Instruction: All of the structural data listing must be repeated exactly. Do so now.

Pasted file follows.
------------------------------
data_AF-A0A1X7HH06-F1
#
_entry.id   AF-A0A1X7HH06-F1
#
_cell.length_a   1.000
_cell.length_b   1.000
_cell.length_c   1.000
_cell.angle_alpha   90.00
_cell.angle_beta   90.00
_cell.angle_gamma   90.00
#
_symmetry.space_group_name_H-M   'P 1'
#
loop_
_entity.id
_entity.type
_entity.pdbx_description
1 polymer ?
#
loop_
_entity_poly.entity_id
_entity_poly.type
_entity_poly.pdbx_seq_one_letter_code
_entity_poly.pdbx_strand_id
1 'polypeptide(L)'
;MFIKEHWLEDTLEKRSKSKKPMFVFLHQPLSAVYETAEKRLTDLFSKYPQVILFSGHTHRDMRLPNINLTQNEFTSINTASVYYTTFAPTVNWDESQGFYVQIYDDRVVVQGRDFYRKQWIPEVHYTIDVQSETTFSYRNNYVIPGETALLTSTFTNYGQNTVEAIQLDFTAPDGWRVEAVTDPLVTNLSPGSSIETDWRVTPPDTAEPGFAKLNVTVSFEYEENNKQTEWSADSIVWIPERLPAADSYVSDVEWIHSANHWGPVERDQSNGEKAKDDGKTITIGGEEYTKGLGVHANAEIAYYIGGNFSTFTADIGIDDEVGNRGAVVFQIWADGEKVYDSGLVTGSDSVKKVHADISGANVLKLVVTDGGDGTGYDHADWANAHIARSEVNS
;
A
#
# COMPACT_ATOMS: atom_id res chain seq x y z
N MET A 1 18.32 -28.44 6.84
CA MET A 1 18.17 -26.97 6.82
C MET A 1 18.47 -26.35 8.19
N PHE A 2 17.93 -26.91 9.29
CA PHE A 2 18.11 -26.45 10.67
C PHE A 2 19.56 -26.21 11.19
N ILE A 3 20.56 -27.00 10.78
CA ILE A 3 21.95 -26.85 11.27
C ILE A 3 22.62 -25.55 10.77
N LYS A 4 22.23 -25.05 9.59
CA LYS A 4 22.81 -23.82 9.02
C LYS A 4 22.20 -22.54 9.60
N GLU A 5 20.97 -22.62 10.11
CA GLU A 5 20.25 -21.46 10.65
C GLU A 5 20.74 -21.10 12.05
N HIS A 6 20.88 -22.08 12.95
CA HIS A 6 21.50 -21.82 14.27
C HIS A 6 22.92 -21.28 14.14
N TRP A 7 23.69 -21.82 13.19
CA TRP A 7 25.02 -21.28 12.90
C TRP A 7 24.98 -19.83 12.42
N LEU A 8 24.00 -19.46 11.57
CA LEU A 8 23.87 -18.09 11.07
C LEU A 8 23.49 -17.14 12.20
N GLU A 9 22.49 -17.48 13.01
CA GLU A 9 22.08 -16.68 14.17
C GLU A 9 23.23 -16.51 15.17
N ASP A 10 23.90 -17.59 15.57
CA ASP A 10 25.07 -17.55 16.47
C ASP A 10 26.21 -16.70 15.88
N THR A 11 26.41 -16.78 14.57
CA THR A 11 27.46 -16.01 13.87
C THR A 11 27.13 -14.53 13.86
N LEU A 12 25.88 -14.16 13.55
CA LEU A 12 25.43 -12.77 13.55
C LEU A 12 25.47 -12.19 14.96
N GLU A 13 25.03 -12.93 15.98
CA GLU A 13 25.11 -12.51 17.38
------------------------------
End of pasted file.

data_AF-A0A1X7HH06-F1
#
_entry.id   AF-A0A1X7HH06-F1
#
_cell.length_a   1.000
_cell.length_b   1.000
_cell.length_c   1.000
_cell.angle_alpha   90.00
_cell.angle_beta   90.00
_cell.angle_gamma   90.00
#
_symmetry.space_group_name_H-M   'P 1'
#
loop_
_entity.id
_entity.type
_entity.pdbx_description
1 polymer ?
#
loop_
_entity_poly.entity_id
_entity_poly.type
_entity_poly.pdbx_seq_one_letter_code
_entity_poly.pdbx_strand_id
1 'polypeptide(L)'
;MFIKEHWLEDTLEKRSKSKKPMFVFLHQPLSAVYETAEKRLTDLFSKYPQVILFSGHTHRDMRLPNINLTQNEFTSINTASVYYTTFAPTVNWDESQGFYVQIYDDRVVVQGRDFYRKQWIPEVHYTIDVQSETTFSYRNNYVIPGETALLTSTFTNYGQNTVEAIQLDFTAPDGWRVEAVTDPLVTNLSPGSSIETDWRVTPPDTAEPGFAKLNVTVSFEYEENNKQTEWSADSIVWIPERLPAADSYVSDVEWIHSANHWGPVERDQSNGEKAKDDGKTITIGGEEYTKGLGVHANAEIAYYIGGNFSTFTADIGIDDEVGNRGAVVFQIWADGEKVYDSGLVTGSDSVKKVHADISGANVLKLVVTDGGDGTGYDHADWANAHIARSEVNS
;
A
#
# COMPACT_ATOMS: atom_id res chain seq x y z
N MET A 1 18.32 -28.44 6.84
CA MET A 1 18.17 -26.97 6.82
C MET A 1 18.47 -26.35 8.19
N PHE A 2 17.93 -26.91 9.29
CA PHE A 2 18.11 -26.45 10.67
C PHE A 2 19.56 -26.21 11.19
N ILE A 3 20.56 -27.00 10.78
CA ILE A 3 21.95 -26.85 11.27
C ILE A 3 22.62 -25.55 10.77
N LYS A 4 22.23 -25.05 9.59
CA LYS A 4 22.81 -23.82 9.02
C LYS A 4 22.20 -22.54 9.60
N GLU A 5 20.97 -22.62 10.11
CA GLU A 5 20.25 -21.46 10.65
C GLU A 5 20.74 -21.10 12.05
N HIS A 6 20.88 -22.08 12.95
CA HIS A 6 21.50 -21.82 14.27
C HIS A 6 22.92 -21.28 14.14
N TRP A 7 23.69 -21.82 13.19
CA TRP A 7 25.02 -21.28 12.90
C TRP A 7 24.98 -19.83 12.42
N LEU A 8 24.00 -19.46 11.57
CA LEU A 8 23.87 -18.09 11.07
C LEU A 8 23.49 -17.14 12.20
N GLU A 9 22.49 -17.48 13.01
CA GLU A 9 22.08 -16.68 14.17
C GLU A 9 23.23 -16.51 15.17
N ASP A 10 23.90 -17.59 15.57
CA ASP A 10 25.07 -17.55 16.47
C ASP A 10 26.21 -16.70 15.88
N THR A 11 26.41 -16.78 14.57
CA THR A 11 27.46 -16.01 13.87
C THR A 11 27.13 -14.53 13.86
N LEU A 12 25.88 -14.16 13.55
CA LEU A 12 25.43 -12.77 13.55
C LEU A 12 25.47 -12.19 14.96
N GLU A 13 25.03 -12.93 15.98
CA GLU A 13 25.11 -12.51 17.38